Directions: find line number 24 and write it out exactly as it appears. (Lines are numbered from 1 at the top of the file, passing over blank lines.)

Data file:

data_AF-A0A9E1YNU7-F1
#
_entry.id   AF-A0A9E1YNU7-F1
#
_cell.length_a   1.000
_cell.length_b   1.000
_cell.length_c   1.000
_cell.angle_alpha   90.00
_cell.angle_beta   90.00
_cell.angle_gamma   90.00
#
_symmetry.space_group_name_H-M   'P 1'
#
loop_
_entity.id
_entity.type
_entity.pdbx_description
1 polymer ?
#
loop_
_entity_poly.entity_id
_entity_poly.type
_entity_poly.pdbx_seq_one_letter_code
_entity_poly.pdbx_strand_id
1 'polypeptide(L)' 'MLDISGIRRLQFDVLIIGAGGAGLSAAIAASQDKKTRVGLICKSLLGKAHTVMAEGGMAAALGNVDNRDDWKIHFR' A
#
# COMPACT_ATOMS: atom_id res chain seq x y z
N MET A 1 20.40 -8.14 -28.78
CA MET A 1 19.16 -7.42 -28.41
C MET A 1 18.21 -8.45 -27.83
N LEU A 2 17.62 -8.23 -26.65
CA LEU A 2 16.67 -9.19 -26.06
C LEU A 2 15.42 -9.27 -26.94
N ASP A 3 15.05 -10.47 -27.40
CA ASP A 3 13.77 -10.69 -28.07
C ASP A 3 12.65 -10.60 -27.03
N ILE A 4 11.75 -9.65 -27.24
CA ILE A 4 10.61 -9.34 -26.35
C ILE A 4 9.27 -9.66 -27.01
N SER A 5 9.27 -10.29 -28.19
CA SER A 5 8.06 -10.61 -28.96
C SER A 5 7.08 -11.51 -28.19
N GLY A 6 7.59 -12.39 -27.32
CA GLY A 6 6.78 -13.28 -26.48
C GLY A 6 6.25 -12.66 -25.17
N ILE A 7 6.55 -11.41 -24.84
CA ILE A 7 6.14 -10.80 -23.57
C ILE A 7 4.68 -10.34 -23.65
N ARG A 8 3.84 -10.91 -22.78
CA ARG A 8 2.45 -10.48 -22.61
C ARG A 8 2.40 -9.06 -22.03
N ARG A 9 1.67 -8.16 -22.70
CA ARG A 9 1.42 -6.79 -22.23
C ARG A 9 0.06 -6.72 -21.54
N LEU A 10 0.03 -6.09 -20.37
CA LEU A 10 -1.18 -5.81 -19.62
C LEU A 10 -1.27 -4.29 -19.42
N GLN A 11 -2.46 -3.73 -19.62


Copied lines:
_entity_poly.pdbx_strand_id